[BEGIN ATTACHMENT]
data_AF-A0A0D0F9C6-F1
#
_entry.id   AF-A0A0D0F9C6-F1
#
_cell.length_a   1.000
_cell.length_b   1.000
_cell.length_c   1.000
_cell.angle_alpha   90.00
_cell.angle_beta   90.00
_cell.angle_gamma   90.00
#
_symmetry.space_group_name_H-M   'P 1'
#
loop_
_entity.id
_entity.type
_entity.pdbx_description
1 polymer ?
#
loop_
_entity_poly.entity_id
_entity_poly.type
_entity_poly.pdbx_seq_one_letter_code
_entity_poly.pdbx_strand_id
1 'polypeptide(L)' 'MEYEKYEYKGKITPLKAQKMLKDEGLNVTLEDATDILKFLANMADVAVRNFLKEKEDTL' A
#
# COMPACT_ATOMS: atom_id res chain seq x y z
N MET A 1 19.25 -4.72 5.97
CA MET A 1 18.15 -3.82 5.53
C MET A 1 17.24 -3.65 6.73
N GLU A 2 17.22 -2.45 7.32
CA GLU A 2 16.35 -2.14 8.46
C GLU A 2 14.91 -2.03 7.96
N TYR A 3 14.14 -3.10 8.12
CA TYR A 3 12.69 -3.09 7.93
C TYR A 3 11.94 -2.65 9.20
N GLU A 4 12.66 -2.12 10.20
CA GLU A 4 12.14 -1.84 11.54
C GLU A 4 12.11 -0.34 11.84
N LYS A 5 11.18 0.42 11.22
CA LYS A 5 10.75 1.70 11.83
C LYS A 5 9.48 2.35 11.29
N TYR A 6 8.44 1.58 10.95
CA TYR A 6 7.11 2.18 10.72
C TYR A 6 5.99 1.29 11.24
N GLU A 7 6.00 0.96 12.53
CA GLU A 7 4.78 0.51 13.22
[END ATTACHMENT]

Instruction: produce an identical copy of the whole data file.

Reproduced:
data_AF-A0A0D0F9C6-F1
#
_entry.id   AF-A0A0D0F9C6-F1
#
_cell.length_a   1.000
_cell.length_b   1.000
_cell.length_c   1.000
_cell.angle_alpha   90.00
_cell.angle_beta   90.00
_cell.angle_gamma   90.00
#
_symmetry.space_group_name_H-M   'P 1'
#
loop_
_entity.id
_entity.type
_entity.pdbx_description
1 polymer ?
#
loop_
_entity_poly.entity_id
_entity_poly.type
_entity_poly.pdbx_seq_one_letter_code
_entity_poly.pdbx_strand_id
1 'polypeptide(L)' 'MEYEKYEYKGKITPLKAQKMLKDEGLNVTLEDATDILKFLANMADVAVRNFLKEKEDTL' A
#
# COMPACT_ATOMS: atom_id res chain seq x y z
N MET A 1 19.25 -4.72 5.97
CA MET A 1 18.15 -3.82 5.53
C MET A 1 17.24 -3.65 6.73
N GLU A 2 17.22 -2.45 7.32
CA GLU A 2 16.35 -2.14 8.46
C GLU A 2 14.91 -2.03 7.96
N TYR A 3 14.14 -3.10 8.12
CA TYR A 3 12.69 -3.09 7.93
C TYR A 3 11.94 -2.65 9.20
N GLU A 4 12.66 -2.12 10.20
CA GLU A 4 12.14 -1.84 11.54
C GLU A 4 12.11 -0.34 11.84
N LYS A 5 11.18 0.42 11.22
CA LYS A 5 10.75 1.70 11.83
C LYS A 5 9.48 2.35 11.29
N TYR A 6 8.44 1.58 10.95
CA TYR A 6 7.11 2.18 10.72
C TYR A 6 5.99 1.29 11.24
N GLU A 7 6.00 0.96 12.53
CA GLU A 7 4.78 0.51 13.22